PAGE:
The Mail's sickening campaign of hatred continues started in 2006 (See More media lies about goths and emos) they will not be satisfied until a large proportion of normal teenagers who happen to like particular music are seen as suicidal freaks and outcasts. They are encouraging the sort of vile propaganda which may end up creating the scenes of anti-emo violence we have seen in Mexico. If this was being said about a religion, race or sexuality the Mail would be vilified. Hannah's death is a tragedy trying to pin it on the music she listened to is just plain stupid. This builds on earlir reports covered here Hannah Bond - Press/Coroner blame another suicide. Typically the Mail has continued its vendetta.
If anything is an unreasoning cult it is the Daily Mail's cult of lies. There are almost too many distortions in this article to catalogue correctly. To name just a few a number of MCR fans and the band themselves have long said they are not really emos. How can there be a cult if the members don't even agree who is in it? Not to mention the album the Black Parade is nothing to do with suicide.
Why no child is safe from the sinister cult of emo
Daily Mail, UK -
To be honest emo websites are not really that different from goth/black metal websites in decoration. So people have gloomy stuff on their websites. What does it matter? The vast majority of people with morbid websites do not commit suicide. Churches are full of morbid imagery as well so are horror films watched by millions of people. The fact is the girl died after having an argument with her parents... you could blame them instead just as unfairly. At the end of day she was mentally unstable as are many teenagers who kill themselves. Most teenagers who kill themselves are not emos or any other particular group there is no easy answer to why they do it but treating them sensibly and not as outcasts certainly might help.
No different, in fact, to the Goth subculture that first emerged in Britain during the early 1980s.
There is, though, growing concern that there is a deeply unhealthy undertone to the emo movement.
Some time before her death, Hannah's parents, who live in Kent, noticed scarring on the inside of her wrists. When they questioned her about it, honest and open as ever, she told them she'd inflicted the wounds herself and that it was part of an emo "initiation ceremony".
Only after her death would they discover how she had secretly chatted online to emo followers all over the world, talking about death and of the "black parade" — a place where emos believe they go after they die.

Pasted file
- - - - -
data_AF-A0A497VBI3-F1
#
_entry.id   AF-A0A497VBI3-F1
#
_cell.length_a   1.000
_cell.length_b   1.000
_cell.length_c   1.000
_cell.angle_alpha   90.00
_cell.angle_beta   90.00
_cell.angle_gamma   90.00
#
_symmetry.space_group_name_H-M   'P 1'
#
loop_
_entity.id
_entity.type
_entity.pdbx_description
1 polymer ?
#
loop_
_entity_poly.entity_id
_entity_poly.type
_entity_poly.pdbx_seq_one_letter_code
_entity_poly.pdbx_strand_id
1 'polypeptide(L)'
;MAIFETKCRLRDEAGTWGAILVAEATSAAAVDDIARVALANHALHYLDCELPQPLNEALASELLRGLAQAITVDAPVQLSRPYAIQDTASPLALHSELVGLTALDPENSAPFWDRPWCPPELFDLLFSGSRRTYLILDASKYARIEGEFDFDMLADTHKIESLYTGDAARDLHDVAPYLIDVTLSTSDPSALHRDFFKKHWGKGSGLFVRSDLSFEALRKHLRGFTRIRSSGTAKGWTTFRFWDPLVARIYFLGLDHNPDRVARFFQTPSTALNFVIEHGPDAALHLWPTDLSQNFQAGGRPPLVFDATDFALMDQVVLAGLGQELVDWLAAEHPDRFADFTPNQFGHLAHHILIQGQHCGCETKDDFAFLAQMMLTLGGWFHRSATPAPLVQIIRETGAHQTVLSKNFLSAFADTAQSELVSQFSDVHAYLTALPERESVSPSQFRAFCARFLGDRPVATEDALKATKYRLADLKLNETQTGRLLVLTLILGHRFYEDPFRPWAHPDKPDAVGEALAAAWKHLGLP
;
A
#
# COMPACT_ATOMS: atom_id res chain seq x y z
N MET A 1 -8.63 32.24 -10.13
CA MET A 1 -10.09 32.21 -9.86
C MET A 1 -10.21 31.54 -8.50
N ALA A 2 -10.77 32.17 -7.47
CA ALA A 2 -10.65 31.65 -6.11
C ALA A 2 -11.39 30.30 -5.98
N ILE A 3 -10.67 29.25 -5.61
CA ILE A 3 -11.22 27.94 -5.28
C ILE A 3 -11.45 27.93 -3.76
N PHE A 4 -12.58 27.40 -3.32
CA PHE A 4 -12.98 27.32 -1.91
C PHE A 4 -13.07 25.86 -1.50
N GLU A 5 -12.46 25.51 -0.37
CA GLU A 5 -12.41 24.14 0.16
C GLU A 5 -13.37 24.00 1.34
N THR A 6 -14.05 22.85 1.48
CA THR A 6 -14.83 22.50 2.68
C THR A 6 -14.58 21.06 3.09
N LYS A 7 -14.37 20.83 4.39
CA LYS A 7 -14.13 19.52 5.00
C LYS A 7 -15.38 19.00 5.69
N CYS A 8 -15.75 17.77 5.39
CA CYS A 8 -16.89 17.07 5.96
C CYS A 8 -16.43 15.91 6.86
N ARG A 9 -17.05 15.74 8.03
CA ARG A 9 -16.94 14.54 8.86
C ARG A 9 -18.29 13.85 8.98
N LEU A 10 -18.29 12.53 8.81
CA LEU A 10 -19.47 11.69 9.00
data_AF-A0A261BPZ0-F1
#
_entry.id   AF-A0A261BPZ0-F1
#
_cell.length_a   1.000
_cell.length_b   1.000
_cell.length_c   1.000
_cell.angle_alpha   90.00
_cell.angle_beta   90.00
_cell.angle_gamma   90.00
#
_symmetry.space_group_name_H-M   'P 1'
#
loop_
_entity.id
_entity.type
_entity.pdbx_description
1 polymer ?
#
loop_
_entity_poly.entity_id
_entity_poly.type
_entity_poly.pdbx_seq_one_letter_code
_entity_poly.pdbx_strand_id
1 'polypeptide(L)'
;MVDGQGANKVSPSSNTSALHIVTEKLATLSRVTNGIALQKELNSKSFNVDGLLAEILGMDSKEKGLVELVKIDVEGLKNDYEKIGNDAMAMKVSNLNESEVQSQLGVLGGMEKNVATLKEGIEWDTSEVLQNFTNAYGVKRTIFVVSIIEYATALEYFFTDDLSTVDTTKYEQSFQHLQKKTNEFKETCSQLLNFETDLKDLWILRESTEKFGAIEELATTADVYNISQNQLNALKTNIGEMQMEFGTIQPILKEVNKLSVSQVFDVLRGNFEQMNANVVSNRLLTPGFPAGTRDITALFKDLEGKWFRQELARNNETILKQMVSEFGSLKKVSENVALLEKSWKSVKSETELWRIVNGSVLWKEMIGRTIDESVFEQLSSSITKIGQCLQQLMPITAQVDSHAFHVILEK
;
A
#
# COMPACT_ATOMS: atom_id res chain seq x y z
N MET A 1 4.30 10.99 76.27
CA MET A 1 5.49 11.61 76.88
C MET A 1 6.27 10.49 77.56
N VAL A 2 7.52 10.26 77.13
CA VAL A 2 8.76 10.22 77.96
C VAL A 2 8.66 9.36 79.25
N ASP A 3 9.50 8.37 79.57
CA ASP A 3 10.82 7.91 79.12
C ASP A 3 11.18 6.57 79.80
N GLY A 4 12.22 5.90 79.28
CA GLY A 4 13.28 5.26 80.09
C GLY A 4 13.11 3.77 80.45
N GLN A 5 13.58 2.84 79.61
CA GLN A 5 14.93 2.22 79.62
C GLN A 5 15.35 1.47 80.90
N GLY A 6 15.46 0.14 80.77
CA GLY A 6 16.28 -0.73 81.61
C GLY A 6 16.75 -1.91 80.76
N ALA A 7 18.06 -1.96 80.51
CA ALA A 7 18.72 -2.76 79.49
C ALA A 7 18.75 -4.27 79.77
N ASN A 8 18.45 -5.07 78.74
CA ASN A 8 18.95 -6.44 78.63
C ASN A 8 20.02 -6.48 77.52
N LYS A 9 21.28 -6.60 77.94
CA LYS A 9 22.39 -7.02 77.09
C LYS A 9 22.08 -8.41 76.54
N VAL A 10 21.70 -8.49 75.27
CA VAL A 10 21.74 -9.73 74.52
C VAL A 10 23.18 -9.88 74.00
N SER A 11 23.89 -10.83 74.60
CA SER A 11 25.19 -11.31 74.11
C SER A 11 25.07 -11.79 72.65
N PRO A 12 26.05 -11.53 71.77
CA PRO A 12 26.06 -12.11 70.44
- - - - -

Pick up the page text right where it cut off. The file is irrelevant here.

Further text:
A check of Hannah's home page on social networking site Bebo revealed her pseudonym, Living Disaster, and that she'd decorated it with a picture of an emo girl with bloody wrists. Another picture showed a child's exercise book scrawled with the words: "Dear Diary, today I give up."...
Nor does the claim that there is a " "black parade" — a place where emos believe they go after they die" have any basis in reality at all. It is a complete lie as it is not a term in use by anyone till now.
When they talk to an actual teenage emo in the article her words are damning:
Levi insists that her mother is worrying unnecessarily.
"I think many of the concerns around emos aren't true," she says.
"To me, emos skateboard a lot, dress in darker colours and listen to alternative rock music.
"It's also true they probably think about feelings more than other people.
"I do get teased for being an emo because some people at school think it's just about suicide and self-harm.
"But I think you would have to be depressed already to self-harm — and I'm not depressed.
"I like going out dressed in emo clothes because it causes a stir. There aren't many emos where I live, so people look at you.
"It makes you feel individual."...
So the Daily Mail discovers that lies about self harm lead to bullying which has recently led to one suicide and loads of attacks. See the Dominic's tragic fate: Emo Bullied to DEATH!
The closing words of the article are just looking for the biggest stir:
The 200 friends and family who attended Hannah's funeral will no doubt echo that.
But not everyone seems to have learned the lesson.
In a tribute book set up at Hannah's school, one pupil left the following message: "I hope you enjoy the black parade."
Naive, misguided or just plain stupid.
But then, that's always been the trouble with some teenagers. And the danger of emo.